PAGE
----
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Solid surface flooring versus carpet in skilled nursing

July 17, 2009
by Lisa Cini
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I am always not sure how to answer the loaded questions from clients. You can see them aiming and then they fire. “What are your thoughts on carpet in skilled nursing resident rooms?” They either hate or love carpet. There is no middle ground on this subject. You would think we were discussing if there is a God or who you voted for in the last presidential election.

The solid surface flooring can be anything from VCT to sheet vinyl or wood vinyl planks. The positives follow that solid surface flooring can be cleaned easier than carpet, reducing bacterial growth and smells, and it is easier to move across. The negatives are it feels less homey and warm. Also, while it is easy to clean up spills, there is a high risk of a fall from a spill. Finally, it is noisy.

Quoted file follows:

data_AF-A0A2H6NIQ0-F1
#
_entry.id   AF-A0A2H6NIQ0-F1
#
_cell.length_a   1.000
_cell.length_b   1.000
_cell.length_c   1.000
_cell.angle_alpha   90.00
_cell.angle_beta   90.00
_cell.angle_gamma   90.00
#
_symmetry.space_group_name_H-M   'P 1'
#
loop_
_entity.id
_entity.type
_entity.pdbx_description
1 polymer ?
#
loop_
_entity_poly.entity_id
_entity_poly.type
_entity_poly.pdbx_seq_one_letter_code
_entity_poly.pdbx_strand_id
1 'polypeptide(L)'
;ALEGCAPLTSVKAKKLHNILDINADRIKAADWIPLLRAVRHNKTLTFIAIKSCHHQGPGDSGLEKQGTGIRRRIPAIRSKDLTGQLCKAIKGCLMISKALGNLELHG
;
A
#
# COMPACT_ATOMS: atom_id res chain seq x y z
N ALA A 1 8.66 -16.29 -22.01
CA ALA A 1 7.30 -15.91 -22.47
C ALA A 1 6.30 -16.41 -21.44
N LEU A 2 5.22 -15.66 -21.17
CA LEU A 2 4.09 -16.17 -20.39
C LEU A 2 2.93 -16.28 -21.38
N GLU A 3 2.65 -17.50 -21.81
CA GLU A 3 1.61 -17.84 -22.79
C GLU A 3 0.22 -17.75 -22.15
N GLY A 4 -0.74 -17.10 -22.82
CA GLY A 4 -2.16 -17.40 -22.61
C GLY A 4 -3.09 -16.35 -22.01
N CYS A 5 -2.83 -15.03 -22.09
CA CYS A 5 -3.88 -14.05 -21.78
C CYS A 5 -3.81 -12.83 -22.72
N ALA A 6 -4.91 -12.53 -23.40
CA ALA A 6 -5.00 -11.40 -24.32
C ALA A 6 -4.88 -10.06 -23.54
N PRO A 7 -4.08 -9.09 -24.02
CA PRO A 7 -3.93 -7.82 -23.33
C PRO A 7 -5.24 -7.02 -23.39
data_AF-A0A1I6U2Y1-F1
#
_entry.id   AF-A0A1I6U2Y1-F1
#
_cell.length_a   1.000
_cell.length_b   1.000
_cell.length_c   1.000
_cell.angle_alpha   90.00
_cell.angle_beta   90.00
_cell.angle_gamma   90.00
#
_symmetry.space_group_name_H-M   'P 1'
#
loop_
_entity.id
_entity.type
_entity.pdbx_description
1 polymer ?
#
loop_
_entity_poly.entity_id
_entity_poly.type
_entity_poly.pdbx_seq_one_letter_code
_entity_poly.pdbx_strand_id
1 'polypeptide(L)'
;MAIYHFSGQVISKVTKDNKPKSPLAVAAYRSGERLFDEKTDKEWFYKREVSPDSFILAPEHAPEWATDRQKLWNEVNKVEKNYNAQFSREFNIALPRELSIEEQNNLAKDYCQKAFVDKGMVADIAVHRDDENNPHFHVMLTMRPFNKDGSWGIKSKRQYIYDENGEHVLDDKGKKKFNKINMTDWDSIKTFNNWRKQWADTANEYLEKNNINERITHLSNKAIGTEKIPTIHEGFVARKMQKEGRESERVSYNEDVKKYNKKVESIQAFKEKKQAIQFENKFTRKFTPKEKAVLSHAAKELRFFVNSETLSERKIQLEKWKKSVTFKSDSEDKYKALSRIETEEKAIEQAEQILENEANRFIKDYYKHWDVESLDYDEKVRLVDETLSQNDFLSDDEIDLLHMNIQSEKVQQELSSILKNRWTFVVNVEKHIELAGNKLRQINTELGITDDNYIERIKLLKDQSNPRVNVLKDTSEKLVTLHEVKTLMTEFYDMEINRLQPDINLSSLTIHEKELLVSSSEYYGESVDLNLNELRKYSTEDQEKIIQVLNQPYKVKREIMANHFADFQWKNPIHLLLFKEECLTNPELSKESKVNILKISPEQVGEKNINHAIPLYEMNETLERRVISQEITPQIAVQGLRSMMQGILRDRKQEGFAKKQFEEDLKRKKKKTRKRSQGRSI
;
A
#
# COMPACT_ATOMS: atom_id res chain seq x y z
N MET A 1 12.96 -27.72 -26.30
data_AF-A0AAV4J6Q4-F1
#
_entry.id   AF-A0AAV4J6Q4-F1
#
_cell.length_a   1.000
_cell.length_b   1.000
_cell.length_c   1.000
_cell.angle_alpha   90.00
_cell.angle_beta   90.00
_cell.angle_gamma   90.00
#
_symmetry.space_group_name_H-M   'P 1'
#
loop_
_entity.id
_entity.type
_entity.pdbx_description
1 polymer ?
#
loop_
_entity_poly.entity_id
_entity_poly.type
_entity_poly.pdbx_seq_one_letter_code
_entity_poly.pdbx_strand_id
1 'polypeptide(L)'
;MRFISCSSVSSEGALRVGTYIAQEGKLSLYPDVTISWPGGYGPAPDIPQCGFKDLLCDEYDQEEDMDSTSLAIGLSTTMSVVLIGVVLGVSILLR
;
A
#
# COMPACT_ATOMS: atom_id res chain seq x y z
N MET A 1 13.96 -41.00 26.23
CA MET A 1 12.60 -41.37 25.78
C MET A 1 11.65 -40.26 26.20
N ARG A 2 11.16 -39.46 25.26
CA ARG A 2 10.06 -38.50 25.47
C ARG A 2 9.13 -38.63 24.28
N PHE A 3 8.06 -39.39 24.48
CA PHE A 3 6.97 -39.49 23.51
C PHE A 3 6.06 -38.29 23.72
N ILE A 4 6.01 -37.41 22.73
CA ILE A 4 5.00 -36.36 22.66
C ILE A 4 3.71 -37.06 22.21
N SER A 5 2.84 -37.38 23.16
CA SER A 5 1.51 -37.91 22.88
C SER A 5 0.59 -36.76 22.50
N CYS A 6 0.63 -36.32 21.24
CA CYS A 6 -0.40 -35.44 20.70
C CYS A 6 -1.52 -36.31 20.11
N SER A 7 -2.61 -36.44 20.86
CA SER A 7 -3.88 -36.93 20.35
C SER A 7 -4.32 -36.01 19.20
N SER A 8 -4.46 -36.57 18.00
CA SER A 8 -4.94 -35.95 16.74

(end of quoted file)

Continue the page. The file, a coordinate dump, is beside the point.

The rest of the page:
The positive arguments for carpet are that it is more residential, reduces noise, is less costly to maintain when life cycle costing is done, and if a resident falls it will be a “softer fall.” If a moisture barrier backing is used and the carpet is direct-glued to the concrete spills, smells can be extracted and will not continue to wick up. Most importantly, as hospitals have found, germs don’t jump and noise reduction is greatly helpful in the healing process.

So what’s the right answer? You decide.

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Comments

Hard surface flooring should include rubber flooring and there are many possibilities of soft flooring materials that are suited for long term care facilities. Technology is changing and there are more manufacturers out there that can compete in this market. My suggestion is to get an experienced Interior Designer that can bring these materials in front of the client for their review and ion proces.

Lisa Cini

President and CEO

www.mosaicdesignstudio.com

Cini is president and CEO of Mosaic...